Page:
Thursday, 28 June 2012

Report Barclays to the Police




So today we find out that a few nods, winks and bottles of champagne is all it takes to manipulate the rate at which banks lend money to each other. Barclays, HSBC, Lloyds and RBS are all in it together and expect this one to rumble. Millions of borrowers were stitched up like kippers and the banks made billions at our expense.

So here’s your task for today. You are going, as a diligent citizen, to report Barclays bank to the Police. It is your duty.

“I am contacting you as the police authority responsible for the area in which Barclays PLC, 1 Churchill Place, London has its HQ. From press reports today and, in particular on the basis of the Final Notice issued by the Financial Services Authority today, 27 June 2012 (FSA Reference No. 122702), I have reason to believe that a crime of fraud (Section 4 of the Fraud Act 2006) has been committed by Barclays Bank PLC and hereby report this alleged crime to the Metropolitan Police.”

If we continue to allow anyone in authority over our lives, property, liberty or money to do as they please, we will only have ourselves to blame for the corrupt State we allowed to flourish. Our Police, our press, our Politicians and our financial institutions are rotten to the core and our refusal to hold those responsible to account is to blame. So act now.

Contact the Police HERE

h/t to  Andy Wightman

Monday, 11 June 2012

Prometheus Review



I’ve waited 33 years for this film. Not sat in the corner, gently rocking but just patiently waiting for Ridley Scott to return to a film genre so brilliant portrayed by his last and only two attempts – Alien and Blade Runner. Both were superlative masterpieces of science fiction, both left the viewer struggling with the concepts contained within and dizzy from the visual beauty. Would it work again?

How 33 years have changed us. Both Blade Runner and Alien used space, light and the suggestion of fear of the unknown to entrance a patient viewer in to a script that moved slowly towards a finale. Watching Prometheus (with the added bonus of iMax and 3D) avoided everything except attention to visual details and violence. Gone were the terrors of the dark, the perpetual rain, the confined spaces, the unknown nightmares lurking around the next corner – in with the fast paced gore, weedy story lines and pale characters badly cast by accountants instead of artists.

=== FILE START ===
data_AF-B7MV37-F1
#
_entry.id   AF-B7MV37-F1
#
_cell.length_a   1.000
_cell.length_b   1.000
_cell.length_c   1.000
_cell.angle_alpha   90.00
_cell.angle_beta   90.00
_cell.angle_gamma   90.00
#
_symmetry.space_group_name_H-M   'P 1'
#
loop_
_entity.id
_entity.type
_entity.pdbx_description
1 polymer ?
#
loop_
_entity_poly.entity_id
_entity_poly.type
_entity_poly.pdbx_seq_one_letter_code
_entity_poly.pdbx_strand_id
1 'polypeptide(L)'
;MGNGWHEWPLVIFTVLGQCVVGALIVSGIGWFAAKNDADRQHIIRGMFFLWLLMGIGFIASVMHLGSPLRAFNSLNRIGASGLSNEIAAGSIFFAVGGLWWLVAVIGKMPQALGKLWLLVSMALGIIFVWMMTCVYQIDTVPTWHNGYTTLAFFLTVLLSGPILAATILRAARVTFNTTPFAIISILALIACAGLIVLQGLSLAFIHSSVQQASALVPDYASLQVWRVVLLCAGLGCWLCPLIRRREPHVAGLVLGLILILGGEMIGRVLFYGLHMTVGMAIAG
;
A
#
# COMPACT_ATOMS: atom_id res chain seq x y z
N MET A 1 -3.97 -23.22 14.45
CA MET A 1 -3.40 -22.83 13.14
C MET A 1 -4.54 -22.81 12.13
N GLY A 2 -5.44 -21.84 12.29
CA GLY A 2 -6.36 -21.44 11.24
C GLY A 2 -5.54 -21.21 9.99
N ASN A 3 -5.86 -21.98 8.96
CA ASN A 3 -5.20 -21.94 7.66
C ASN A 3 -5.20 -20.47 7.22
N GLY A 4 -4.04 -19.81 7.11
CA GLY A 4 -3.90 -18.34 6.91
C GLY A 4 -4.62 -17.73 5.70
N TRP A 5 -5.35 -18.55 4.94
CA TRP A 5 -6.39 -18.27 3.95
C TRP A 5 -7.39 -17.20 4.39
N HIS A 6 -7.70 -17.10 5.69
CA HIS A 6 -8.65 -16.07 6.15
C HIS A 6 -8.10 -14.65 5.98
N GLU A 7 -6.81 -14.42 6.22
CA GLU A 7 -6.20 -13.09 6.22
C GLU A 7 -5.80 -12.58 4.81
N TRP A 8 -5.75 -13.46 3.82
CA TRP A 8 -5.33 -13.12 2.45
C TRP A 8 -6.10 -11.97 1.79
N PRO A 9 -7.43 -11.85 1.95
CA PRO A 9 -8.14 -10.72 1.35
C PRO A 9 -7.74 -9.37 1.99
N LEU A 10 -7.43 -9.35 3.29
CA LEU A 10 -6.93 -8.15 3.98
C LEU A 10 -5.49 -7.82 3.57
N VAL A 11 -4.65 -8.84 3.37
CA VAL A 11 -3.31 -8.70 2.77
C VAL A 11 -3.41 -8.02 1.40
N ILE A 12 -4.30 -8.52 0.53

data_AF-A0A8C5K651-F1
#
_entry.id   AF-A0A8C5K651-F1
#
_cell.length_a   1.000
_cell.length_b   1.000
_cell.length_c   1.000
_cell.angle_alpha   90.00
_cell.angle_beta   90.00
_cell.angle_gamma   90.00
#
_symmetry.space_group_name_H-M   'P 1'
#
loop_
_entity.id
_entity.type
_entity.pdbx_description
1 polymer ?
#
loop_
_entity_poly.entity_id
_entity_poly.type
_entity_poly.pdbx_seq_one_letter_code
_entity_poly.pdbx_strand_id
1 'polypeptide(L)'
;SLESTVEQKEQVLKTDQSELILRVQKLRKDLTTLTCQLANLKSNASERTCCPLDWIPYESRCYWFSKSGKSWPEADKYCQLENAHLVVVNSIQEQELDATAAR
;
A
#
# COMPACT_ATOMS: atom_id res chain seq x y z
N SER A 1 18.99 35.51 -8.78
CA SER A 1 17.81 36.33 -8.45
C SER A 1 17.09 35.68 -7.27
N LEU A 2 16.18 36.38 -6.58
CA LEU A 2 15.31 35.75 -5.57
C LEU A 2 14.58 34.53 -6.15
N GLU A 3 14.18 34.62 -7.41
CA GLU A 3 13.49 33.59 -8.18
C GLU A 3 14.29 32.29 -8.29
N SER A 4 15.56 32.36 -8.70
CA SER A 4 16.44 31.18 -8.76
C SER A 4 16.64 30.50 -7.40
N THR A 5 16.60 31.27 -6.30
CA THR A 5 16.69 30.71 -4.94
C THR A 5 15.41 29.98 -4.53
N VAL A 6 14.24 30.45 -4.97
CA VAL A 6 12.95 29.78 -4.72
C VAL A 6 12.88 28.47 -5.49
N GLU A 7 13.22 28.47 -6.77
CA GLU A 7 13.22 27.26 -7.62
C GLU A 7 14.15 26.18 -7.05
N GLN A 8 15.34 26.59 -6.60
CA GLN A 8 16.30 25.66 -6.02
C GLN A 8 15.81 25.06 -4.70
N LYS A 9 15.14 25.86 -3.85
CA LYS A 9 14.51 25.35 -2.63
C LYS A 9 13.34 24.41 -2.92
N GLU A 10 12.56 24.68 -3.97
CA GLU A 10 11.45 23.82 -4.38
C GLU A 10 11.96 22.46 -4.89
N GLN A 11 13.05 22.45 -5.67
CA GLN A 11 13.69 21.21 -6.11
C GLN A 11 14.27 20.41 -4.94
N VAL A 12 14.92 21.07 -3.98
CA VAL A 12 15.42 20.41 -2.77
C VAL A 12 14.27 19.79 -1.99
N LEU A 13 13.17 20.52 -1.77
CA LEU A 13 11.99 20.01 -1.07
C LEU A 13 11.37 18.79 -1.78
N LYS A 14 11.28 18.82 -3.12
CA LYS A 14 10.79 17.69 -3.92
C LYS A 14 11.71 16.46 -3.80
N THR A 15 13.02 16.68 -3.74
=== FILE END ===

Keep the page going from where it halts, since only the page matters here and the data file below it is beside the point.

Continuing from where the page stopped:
In my heart of hearts, I’d like to think that Scott was responsible only for the genius of David8, the “replicant” robot struggling to understand the human concepts of good and evil , the superb visual effects and the first hour of the film, when so much was promised – the usual Ridley Scott subjects – Evil corporations, replicants and robots, genetics, DNA, slave/masters and stunning creative sets. I can only assume he was promptly shoved off set in favour of a gang of 14 year gamers who took control of the rest of this wasted opportunity to explore so many of the concepts opened by the Pandoras Box of “who made us?” in favour of crash, bang and wallop and pathetic screenplay.

Was the film worth the wait? Of course not. Can it stand on its own? Possibly, if you hadn’t already worshiped at the temple of Alien (forget the rest of that franchise, no wait, add this to it) or Blade Runner. Is it a great Sci Fi film? Yes, it probably is, but certainly lacks the depth of a Space Odyssey 2001. Is it worth seeing? Yes, it is, but only to speculate what a Ridley Scott, 33 years younger, leaner and fitter could have done with half the budget and twice the imagination – now that’s a thought.

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